The aftermath: so, of Team Alpha, the linguist, and the linguist's guards, only the linguist came back alive. The linguist tells the party that the Olmecs, too, had a civil war...they locked away most of their own nightmare enemies in quantum-sealed prisons. Only a few aren't locked away - the old Lion Star Hoplites had half-released one and were studying it in the undergound vault. But most of the Olmec shadow-worms should languish in half-reality forever...unless something weakens the seals.

Naturally, in true evil cultist fashion, the Transference has been weakening the seals, working actively to return these ancient monsters to reality. The Olmecs did leave several control orbs that can re-seal the vaults, (Oh look, a MacGuffin!) but if this isn't done soon, then about 100,000 shadow-worms like the thing in the vault will burst out across the Transference's homeworld, where 5 billion civilians currently reside...


One thing that really helped add tension was the presence of some real-world time constraints. I've announced that (for different narrative reasons and for eminently practical real-life reasons) each session in our mini-campaign will have a real-world ticking clock that ends with a TPK if the party hasn't left the operational area yet. To be honest, I was a little more flexible this time, since we had needed to use time for character generation, to introduce the system, equipment, etc., so the players didn't have quite as much time as I'd normally want to complete a pretty action-packed session. I'd initially said that 10:15 was the stroke of doom, and we instead changed that to...10:30, so it's not really like we broke the bank. :-) In this case, Transference fighter-craft were coming, and they would probably be too much for Abby to handle, so there was a real need to finish things. The players really got this, and one thing that made the final rescue in the vault so dramatic was that the clock was ticking down in real life even as horrible dark things were coming to eat the players' minds in the story. Very satisfying finish.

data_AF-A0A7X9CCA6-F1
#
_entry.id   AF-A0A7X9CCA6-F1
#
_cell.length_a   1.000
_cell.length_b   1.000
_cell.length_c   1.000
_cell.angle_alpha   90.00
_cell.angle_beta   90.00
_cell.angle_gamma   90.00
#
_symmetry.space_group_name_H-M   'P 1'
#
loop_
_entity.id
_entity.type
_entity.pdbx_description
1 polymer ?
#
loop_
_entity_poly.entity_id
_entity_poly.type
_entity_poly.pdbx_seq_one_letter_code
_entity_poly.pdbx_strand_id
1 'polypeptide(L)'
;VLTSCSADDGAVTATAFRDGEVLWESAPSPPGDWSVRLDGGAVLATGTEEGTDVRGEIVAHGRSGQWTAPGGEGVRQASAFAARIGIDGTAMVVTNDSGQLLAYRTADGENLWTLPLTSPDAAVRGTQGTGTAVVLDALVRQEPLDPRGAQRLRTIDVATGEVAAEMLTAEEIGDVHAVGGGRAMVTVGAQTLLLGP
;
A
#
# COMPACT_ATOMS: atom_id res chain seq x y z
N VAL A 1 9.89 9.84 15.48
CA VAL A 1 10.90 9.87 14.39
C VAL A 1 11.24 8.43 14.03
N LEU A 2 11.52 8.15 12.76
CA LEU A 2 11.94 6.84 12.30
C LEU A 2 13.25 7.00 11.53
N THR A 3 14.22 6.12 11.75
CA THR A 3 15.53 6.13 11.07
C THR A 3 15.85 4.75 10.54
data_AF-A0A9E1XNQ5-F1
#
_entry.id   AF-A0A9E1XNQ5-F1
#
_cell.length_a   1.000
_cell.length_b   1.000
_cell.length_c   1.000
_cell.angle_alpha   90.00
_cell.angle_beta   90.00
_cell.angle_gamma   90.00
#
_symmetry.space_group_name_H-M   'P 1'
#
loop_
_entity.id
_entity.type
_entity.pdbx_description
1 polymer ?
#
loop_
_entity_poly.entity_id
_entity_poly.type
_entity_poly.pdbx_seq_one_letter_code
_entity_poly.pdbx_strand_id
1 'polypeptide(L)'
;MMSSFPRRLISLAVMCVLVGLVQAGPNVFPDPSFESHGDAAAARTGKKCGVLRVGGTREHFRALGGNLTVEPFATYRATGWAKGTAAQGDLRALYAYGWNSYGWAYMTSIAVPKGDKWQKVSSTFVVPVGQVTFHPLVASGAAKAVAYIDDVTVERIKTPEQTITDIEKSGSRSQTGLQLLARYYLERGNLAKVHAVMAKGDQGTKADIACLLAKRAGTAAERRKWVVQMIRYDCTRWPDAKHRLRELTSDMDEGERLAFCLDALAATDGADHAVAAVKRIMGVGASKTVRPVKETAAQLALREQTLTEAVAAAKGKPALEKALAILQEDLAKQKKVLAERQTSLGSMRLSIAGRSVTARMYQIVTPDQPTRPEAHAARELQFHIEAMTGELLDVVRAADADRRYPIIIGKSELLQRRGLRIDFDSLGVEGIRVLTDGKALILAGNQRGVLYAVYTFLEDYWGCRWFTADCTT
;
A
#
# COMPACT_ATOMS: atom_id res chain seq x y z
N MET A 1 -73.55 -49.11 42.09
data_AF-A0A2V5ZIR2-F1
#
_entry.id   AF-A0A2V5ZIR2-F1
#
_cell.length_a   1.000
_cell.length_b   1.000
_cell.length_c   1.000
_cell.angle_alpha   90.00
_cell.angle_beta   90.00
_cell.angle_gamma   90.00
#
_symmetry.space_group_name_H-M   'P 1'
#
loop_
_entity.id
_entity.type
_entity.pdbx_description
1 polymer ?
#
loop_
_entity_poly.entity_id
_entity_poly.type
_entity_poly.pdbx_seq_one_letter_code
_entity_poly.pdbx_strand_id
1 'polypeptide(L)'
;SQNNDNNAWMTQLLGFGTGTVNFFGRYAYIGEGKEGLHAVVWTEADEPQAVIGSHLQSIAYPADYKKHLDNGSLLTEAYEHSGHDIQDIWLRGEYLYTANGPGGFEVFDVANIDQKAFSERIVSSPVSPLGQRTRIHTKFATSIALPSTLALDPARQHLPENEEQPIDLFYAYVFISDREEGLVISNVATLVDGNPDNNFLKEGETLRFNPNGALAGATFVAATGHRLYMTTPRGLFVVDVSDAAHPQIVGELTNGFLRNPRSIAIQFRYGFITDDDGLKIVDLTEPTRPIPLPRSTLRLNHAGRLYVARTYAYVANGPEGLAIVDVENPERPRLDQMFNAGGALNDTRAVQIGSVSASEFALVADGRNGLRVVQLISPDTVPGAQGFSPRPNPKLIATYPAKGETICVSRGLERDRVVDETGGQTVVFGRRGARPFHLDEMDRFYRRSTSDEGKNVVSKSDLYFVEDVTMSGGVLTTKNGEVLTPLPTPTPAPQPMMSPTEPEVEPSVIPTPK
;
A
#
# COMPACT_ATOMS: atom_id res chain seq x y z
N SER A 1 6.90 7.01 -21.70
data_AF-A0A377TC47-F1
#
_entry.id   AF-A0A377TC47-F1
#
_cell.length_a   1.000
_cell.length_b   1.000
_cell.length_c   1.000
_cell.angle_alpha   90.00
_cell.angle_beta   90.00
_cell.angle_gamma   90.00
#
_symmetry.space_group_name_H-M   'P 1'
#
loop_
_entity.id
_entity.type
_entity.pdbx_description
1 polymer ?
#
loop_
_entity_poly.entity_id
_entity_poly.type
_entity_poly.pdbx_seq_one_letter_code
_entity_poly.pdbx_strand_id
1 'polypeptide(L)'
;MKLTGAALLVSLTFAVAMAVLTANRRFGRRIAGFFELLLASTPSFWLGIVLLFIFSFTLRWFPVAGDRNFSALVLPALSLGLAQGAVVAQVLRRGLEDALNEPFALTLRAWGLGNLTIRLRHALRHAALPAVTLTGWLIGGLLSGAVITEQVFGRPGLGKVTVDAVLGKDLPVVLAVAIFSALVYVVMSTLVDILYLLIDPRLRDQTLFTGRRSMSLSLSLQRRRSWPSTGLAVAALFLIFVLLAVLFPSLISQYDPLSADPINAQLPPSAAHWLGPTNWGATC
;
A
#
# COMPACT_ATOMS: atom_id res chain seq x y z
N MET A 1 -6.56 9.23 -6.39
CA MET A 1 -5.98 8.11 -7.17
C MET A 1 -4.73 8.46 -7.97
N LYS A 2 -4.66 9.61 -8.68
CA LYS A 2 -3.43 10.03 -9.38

I've also announced that the Evil Villains' Doomsday Plan (trademark) will happen, if the suitable MacGuffin fix is not applied, in real-world September (just have to confirm the date looking at a real calendar). In other words, we have an open table in a semi-flexible sandbox setting; I'll provide multiple possible jobs for the party to run each time, and they can choose whatever they want. Oh, and if they don't stop the villains' plans by September, then 5 billion people die and the PCs lose the campaign. No worries, what could go wrong?

I didn't come up with these ideas but was inspired by others who've led open table campaigns. I haven't tried it before and I'm really sold now after seeing the effects in one session.


For machine guns, I borrowed (again, shamelessly thieved) the automatic fire rules from the ItO hack Into the Jungle (a quirky game about D&D-style fantasy monster fighting...during the Vietnam War). These rules have the firer make a series of d20 saves with rapidly increasing difficulty, with each success inflicting damage on a target, and failure meaning you've used up an ammo reload and need to spend a turn reloading (and reducing inventory). At first, I wasn't sure how well this would work in play. Report: it was awesome. I didn't (and wouldn't) use these rules for all automatic fire, but rather just for heavy weapons. It really made them feel special and over-powered, but also unreliable.

Great fun. Thanks for reading.

And don't worry, I haven't forgotten my roots in dusty, musty, blog posts about ancient history and archaeology. Stay tuned. :-)

1 comment:

  1. Turns out that the list of backgrounds I used is of interest, so I'm going to paste that chunk from char-gen here:

    What did you do before you joined this crew? Pick or roll for two backgrounds.

    Because our current campaign features covert ops and ‘combat archaeology,’ each character must have at least one Background in the following: Soldier, Police, Criminal, or Scholar.

    1 Aristocrat
    2 Soldier
    3 Police
    4 Bounty Hunter
    5 Pilot
    6 Techie/Hacker
    7 Mechanic/Engineer
    8 Scout/Hunter/Survivalist
    9 Scholar: Archaeologist/Historian
    10 Scholar: Scientist
    11 Doctor/Physician/Medic
    12 Empath/Counselor/Psychologist
    13 Clergy/Religionist/Monk
    14 Performer/Entertainer
    15 Criminal (tell us what kind!)
    16 Swoop-Bike Delivery Courier
    17 Government Official
    18 Athlete (tell us what kind!)
    19 Gambler
    20 Merchant

    Whenever you try to do something for which your Background provides relevant experience, your Background will affect whether you need to roll a Save, and/or give Advantage on the Save roll (roll 2d20 and take the better score).